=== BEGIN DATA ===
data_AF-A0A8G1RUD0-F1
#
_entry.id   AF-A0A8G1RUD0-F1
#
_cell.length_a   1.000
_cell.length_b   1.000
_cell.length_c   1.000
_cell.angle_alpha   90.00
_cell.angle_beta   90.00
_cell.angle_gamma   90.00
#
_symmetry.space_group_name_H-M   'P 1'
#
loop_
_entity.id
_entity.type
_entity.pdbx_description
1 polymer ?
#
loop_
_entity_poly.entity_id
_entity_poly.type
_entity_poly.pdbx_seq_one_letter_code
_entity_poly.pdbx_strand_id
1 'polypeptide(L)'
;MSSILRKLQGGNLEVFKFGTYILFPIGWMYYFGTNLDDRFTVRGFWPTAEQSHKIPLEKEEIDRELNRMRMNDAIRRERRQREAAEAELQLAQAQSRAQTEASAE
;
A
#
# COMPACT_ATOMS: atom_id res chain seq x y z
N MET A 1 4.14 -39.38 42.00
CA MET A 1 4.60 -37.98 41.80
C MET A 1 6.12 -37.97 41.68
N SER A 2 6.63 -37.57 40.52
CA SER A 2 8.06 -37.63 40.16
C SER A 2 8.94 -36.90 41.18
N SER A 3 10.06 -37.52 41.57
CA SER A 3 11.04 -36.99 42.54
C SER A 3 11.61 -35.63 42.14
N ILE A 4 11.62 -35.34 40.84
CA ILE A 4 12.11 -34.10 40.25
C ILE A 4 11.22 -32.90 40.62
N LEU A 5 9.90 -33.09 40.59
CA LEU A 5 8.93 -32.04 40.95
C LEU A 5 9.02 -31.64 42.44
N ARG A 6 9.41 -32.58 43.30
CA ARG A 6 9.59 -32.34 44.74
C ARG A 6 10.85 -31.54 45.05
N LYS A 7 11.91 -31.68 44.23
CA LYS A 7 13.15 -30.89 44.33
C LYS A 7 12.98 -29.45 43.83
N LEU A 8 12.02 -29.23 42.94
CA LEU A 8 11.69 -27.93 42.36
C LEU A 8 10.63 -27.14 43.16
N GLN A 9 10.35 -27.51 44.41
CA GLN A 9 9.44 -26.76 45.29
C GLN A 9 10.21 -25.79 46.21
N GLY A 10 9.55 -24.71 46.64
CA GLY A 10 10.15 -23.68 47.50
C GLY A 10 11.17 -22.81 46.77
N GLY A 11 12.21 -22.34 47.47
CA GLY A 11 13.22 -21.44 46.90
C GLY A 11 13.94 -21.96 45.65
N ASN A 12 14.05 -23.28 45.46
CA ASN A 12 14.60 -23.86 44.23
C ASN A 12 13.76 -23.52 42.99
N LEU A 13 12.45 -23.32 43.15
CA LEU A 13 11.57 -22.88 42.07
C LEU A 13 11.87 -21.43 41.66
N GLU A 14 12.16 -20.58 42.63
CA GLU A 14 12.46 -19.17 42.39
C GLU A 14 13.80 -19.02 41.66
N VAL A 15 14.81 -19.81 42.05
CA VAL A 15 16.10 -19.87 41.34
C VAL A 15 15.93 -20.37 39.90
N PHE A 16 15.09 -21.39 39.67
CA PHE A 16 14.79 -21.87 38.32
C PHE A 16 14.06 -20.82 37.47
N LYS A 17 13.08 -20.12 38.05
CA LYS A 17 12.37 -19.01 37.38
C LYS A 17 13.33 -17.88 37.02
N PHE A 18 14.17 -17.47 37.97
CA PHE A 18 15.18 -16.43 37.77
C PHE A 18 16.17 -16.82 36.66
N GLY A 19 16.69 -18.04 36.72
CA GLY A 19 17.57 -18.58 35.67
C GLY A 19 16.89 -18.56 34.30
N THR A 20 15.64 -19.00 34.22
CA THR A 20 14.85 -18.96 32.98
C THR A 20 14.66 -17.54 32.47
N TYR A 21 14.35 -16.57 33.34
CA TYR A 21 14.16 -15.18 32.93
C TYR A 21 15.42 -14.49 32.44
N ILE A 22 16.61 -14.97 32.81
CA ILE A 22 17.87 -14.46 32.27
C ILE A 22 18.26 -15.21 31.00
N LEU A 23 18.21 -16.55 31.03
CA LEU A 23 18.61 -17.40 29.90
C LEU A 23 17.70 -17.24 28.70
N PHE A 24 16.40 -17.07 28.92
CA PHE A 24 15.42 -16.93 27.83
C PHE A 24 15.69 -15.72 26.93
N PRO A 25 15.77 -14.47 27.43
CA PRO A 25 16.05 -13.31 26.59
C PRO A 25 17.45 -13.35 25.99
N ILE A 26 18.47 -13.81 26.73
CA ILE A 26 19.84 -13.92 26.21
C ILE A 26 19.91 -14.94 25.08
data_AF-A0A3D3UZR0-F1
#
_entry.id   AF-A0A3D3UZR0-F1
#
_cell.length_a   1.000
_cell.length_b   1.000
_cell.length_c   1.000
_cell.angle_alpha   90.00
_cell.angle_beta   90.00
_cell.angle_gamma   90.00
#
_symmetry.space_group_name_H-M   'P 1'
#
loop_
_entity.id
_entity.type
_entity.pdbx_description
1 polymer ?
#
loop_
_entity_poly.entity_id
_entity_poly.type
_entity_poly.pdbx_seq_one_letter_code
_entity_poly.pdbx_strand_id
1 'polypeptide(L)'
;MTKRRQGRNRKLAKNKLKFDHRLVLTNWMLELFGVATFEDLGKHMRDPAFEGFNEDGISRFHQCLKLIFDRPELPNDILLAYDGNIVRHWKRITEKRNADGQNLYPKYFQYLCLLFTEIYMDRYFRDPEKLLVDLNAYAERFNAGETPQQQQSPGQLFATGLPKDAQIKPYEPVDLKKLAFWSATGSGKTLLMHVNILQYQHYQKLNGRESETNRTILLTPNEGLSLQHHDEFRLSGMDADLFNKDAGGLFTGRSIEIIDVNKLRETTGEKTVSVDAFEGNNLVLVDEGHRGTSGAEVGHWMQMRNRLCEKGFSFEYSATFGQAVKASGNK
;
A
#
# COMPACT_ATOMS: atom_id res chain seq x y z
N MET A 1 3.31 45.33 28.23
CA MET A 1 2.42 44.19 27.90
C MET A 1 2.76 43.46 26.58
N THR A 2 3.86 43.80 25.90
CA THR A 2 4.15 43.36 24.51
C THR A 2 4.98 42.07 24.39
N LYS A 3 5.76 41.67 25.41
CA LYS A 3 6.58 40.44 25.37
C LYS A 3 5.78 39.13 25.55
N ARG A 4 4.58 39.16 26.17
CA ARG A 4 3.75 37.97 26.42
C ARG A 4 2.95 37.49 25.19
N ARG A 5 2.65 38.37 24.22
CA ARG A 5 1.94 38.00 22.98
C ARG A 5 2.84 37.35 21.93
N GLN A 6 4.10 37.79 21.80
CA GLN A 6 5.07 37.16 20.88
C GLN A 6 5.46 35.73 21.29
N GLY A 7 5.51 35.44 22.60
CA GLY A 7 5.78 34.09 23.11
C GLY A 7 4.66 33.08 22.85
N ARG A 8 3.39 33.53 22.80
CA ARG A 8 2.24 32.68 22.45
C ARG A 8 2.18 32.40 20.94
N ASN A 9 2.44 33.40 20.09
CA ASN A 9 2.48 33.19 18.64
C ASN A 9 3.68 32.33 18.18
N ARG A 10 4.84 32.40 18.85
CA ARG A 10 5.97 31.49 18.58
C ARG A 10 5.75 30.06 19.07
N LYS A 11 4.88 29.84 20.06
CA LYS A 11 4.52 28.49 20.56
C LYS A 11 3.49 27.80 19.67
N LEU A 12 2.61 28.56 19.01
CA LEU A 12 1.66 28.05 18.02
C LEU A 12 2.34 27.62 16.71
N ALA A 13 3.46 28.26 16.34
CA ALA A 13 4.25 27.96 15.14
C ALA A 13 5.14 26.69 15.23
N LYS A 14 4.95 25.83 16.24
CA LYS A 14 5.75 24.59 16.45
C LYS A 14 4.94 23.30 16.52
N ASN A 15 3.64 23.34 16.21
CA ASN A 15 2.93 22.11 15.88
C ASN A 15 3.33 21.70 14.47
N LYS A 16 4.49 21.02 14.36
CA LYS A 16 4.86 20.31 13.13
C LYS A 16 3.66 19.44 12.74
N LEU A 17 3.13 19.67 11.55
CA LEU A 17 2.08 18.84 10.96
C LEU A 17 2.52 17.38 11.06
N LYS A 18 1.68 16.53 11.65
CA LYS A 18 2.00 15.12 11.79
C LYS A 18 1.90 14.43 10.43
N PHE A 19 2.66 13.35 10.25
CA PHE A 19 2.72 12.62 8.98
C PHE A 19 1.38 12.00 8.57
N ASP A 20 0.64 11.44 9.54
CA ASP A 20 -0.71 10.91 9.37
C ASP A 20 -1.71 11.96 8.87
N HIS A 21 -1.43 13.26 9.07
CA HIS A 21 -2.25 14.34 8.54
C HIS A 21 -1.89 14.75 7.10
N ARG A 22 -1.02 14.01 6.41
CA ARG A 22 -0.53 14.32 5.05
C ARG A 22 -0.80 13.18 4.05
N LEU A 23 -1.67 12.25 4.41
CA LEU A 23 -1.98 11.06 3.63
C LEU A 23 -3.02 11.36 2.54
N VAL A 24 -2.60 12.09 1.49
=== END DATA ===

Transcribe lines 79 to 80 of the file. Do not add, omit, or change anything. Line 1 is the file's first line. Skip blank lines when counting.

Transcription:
N LYS A 17 13.08 -20.12 38.05
CA LYS A 17 12.37 -19.01 37.38